Q: Hi Jen, and thank you for years of helpful tips. We are headed out in our Airstream and have two baby kittens that we would like to travel with us this fall and upcoming winter. We have not had traveling cats before but these two are so gregarious we thought now is the time to get them used to going with us, and avoid needing a house sitter!
Thanks in advance,
Sara & Joe B.
A: In all the years of travel, I’ve always been impressed with people who are successful having house cats/RV cats. I have interviewed folks with cats and asked them what their best tips have been so that I could share with readers. I love this community! Here is my collected shortlist of ideas to consider for your meow mix.
Start the cats young with traveling in a crate large enough where you can attach a water bottle and a feed station. Some cats enjoy riding at the height where they can look out the window and others enjoy the privacy of a little cave or a crate with a towel covering part of it for shade and shelter. Always keep a harness on your cats and get them used to wearing that harness as though it were part of them. In time, you will be able to desensitize enough that leash training is fairly simple with the use of food motivation, a favorite feather toy, or laser pointer. The more curious your cats, the easier this entire process will be. Be sure that your cats have all vaccinations and wear an ID collar with a current name and contact phone number in case they escape the harness. The neck collar can provide necessary contact information. Have your animals micro chipped and keep the information up to date. Inside the RV, situate a kitty condo or cat perch and make that station fun and interactive to avoid boredom and give your cat a safe, high space to feel comfortable. Sprinkle that area with cat nip to ensure kitty utopia.
Always travel with your animal inside your tow vehicle and in a pet safe travel carrier or seatbelt harness. Invest in a pop-up style, fully enclosed mesh covered playpen where your cat can enjoy the great outdoors without escaping. I recommend setting up this play station inside your living room at home, so it is a familiar space for your cats to hang out wherever you set it up. Thanks for reaching out and, of course, please spay and neuter!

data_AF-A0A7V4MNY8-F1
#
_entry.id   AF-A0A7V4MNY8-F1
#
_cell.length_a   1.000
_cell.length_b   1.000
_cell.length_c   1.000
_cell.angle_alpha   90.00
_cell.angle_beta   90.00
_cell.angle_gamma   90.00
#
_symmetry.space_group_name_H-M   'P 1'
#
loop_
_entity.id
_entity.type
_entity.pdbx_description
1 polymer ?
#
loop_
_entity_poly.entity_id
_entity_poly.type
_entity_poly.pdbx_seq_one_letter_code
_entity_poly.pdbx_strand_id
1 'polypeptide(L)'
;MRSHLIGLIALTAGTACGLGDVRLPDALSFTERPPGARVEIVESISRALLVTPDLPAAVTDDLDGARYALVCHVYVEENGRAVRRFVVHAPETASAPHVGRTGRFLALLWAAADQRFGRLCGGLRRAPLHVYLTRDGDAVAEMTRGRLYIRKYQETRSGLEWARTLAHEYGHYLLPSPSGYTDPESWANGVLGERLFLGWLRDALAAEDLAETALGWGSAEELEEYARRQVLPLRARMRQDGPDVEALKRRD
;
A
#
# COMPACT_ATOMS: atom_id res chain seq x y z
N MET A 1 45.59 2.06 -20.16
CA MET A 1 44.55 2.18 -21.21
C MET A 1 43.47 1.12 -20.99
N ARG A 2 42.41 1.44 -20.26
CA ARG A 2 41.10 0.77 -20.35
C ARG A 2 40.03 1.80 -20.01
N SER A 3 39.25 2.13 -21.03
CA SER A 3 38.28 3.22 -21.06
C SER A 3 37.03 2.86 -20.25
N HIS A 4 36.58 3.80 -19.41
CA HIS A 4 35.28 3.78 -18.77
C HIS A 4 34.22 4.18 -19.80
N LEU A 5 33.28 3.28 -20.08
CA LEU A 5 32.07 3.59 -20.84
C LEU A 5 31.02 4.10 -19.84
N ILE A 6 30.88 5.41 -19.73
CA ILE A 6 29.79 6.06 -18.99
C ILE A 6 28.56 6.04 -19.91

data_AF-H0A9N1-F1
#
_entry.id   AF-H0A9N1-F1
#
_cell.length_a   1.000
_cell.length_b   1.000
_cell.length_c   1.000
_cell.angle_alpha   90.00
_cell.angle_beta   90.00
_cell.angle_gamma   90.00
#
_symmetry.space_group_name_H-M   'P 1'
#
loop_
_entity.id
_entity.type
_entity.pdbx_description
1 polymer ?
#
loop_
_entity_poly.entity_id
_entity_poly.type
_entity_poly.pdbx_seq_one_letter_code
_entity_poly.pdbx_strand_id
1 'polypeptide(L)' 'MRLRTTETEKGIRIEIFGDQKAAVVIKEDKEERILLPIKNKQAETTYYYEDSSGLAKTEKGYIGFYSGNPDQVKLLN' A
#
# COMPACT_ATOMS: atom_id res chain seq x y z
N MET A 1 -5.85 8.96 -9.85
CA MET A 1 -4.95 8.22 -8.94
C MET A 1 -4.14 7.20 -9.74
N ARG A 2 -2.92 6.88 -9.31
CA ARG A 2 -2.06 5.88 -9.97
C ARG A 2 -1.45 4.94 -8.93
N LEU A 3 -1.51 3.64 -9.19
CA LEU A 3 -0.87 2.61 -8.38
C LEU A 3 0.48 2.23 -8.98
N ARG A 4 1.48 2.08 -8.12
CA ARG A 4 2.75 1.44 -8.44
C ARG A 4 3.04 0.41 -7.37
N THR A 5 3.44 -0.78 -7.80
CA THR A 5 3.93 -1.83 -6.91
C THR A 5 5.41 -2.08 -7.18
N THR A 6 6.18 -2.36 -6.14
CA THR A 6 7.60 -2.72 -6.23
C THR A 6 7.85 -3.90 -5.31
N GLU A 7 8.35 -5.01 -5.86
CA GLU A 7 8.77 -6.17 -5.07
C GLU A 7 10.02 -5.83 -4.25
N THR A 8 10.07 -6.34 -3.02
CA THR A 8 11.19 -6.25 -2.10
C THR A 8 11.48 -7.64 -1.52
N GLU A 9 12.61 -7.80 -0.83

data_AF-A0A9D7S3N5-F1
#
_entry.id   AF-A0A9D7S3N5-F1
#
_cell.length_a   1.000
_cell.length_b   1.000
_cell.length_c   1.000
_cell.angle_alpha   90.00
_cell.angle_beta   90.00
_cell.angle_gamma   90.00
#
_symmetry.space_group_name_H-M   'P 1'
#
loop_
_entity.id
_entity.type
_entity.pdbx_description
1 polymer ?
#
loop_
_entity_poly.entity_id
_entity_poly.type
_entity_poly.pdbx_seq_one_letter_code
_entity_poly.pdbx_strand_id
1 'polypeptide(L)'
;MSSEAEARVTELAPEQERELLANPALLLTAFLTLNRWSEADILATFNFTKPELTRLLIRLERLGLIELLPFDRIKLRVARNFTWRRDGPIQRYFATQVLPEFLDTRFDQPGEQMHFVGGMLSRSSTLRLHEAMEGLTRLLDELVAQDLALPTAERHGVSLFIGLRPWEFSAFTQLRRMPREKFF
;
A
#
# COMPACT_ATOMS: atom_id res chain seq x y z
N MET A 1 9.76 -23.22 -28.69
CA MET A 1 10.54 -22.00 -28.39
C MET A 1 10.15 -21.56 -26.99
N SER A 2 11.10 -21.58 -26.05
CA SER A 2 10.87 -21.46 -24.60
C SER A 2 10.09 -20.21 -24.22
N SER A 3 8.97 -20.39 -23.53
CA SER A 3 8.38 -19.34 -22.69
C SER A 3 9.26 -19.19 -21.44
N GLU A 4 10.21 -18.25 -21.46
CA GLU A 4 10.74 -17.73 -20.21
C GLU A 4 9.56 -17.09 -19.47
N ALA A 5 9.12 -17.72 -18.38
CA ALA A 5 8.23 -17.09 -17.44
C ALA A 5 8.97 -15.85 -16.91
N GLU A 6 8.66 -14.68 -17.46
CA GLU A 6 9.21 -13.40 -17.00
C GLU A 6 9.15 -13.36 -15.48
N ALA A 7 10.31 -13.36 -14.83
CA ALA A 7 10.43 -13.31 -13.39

Q: I have a rescue dog that regularly gets constipated when we travel and who is a very picky eater. “Annie” is about four years old and I’ve had her for a little over a year. At home, the dog is much more relaxed but she seems nervous on the road, and decreases her water/food intake. The vet says this causes the majority of our issues. I give her kibble. I’ve never had this type of trouble with a Labrador before but here we are, writing into an advice column. Thought you might have ideas to help hydrate and make happier a dog who doesn’t love to travel.
A: Hello, Art! First of all, thank you for opening your heart to rescuing a dog in need. While I don’t know the details of your situation, I know that shelters are overrun with animals looking for their forever homes, let alone one who has the desire to make it their travel companion. Don’t give up! If there’s any way to travel shorter distances and stay a little longer in order to help your dog settle in a bit that is something I would recommend. Also, look into adding something like Stella and Chewy’s bone broth to your existing kibble. Feed in small doses to try and not waste any product and to keep your dog interested in the meal that is being presented, at least while you are out on the open road. Open Farm also makes a small, single use type bone broth that might be more conducive for traveling in case you don’t have a refrigerator or you’re using a small cooler. The Primal Bone Broth is frozen when purchased and needs to be used quickly and must be refrigerated, just like the Stella and Chewy product. My dogs love the Stella’s Stew because it has chunks of meat in it where others do not. This product has been very helpful to entice a finicky eater to take a bite and the bone broth properties offer gut soothing hydration that only nature can provide. The Stella & Chewy’s “Stella’s Stew” is human grade, comes in a recyclable package, and is free from garlic, onions, and legumes.